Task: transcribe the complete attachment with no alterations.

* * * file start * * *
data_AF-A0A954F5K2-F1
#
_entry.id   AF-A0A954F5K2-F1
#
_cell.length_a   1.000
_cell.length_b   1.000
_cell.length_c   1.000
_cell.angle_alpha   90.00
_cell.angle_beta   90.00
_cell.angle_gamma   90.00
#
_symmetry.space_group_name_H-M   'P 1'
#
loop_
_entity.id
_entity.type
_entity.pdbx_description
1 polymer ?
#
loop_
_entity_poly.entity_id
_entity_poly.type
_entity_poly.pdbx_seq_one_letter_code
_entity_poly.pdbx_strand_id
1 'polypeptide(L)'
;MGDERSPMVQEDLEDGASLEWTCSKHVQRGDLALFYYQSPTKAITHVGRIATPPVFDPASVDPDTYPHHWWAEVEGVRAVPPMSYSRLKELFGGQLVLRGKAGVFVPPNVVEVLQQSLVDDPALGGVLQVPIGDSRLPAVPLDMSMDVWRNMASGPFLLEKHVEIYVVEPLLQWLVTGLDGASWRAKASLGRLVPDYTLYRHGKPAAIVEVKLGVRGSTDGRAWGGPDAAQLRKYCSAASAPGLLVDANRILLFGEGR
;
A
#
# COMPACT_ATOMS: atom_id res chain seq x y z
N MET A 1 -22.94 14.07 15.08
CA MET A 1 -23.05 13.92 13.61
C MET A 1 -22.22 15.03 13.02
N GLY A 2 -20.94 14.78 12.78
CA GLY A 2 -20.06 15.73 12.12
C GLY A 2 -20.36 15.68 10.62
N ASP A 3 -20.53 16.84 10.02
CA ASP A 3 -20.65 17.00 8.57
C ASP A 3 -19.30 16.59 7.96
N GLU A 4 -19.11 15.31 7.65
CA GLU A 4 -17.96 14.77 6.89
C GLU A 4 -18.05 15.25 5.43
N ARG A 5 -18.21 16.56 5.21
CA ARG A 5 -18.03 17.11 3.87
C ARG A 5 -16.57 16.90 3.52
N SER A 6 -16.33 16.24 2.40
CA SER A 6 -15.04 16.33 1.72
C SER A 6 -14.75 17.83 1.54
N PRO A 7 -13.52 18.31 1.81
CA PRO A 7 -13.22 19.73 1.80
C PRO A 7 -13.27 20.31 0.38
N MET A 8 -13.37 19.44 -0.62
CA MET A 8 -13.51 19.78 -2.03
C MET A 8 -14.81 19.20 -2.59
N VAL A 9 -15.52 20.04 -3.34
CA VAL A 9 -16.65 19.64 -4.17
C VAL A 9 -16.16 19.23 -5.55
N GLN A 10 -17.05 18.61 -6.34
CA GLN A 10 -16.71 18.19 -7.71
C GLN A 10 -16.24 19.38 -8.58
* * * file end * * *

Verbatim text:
data_AF-A0A954F5K2-F1
#
_entry.id   AF-A0A954F5K2-F1
#
_cell.length_a   1.000
_cell.length_b   1.000
_cell.length_c   1.000
_cell.angle_alpha   90.00
_cell.angle_beta   90.00
_cell.angle_gamma   90.00
#
_symmetry.space_group_name_H-M   'P 1'
#
loop_
_entity.id
_entity.type
_entity.pdbx_description
1 polymer ?
#
loop_
_entity_poly.entity_id
_entity_poly.type
_entity_poly.pdbx_seq_one_letter_code
_entity_poly.pdbx_strand_id
1 'polypeptide(L)'
;MGDERSPMVQEDLEDGASLEWTCSKHVQRGDLALFYYQSPTKAITHVGRIATPPVFDPASVDPDTYPHHWWAEVEGVRAVPPMSYSRLKELFGGQLVLRGKAGVFVPPNVVEVLQQSLVDDPALGGVLQVPIGDSRLPAVPLDMSMDVWRNMASGPFLLEKHVEIYVVEPLLQWLVTGLDGASWRAKASLGRLVPDYTLYRHGKPAAIVEVKLGVRGSTDGRAWGGPDAAQLRKYCSAASAPGLLVDANRILLFGEGR
;
A
#
# COMPACT_ATOMS: atom_id res chain seq x y z
N MET A 1 -22.94 14.07 15.08
CA MET A 1 -23.05 13.92 13.61
C MET A 1 -22.22 15.03 13.02
N GLY A 2 -20.94 14.78 12.78
CA GLY A 2 -20.06 15.73 12.12
C GLY A 2 -20.36 15.68 10.62
N ASP A 3 -20.53 16.84 10.02
CA ASP A 3 -20.65 17.00 8.57
C ASP A 3 -19.30 16.59 7.96
N GLU A 4 -19.11 15.31 7.65
CA GLU A 4 -17.96 14.77 6.89
C GLU A 4 -18.05 15.25 5.43
N ARG A 5 -18.21 16.56 5.21
CA ARG A 5 -18.03 17.11 3.87
C ARG A 5 -16.57 16.90 3.52
N SER A 6 -16.33 16.24 2.40
CA SER A 6 -15.04 16.33 1.72
C SER A 6 -14.75 17.83 1.54
N PRO A 7 -13.52 18.31 1.81
CA PRO A 7 -13.22 19.73 1.80
C PRO A 7 -13.27 20.31 0.38
N MET A 8 -13.37 19.44 -0.62
CA MET A 8 -13.51 19.78 -2.03
C MET A 8 -14.81 19.20 -2.59
N VAL A 9 -15.52 20.04 -3.34
CA VAL A 9 -16.65 19.64 -4.17
C VAL A 9 -16.16 19.23 -5.55
N GLN A 10 -17.05 18.61 -6.34
CA GLN A 10 -16.71 18.19 -7.71
C GLN A 10 -16.24 19.38 -8.58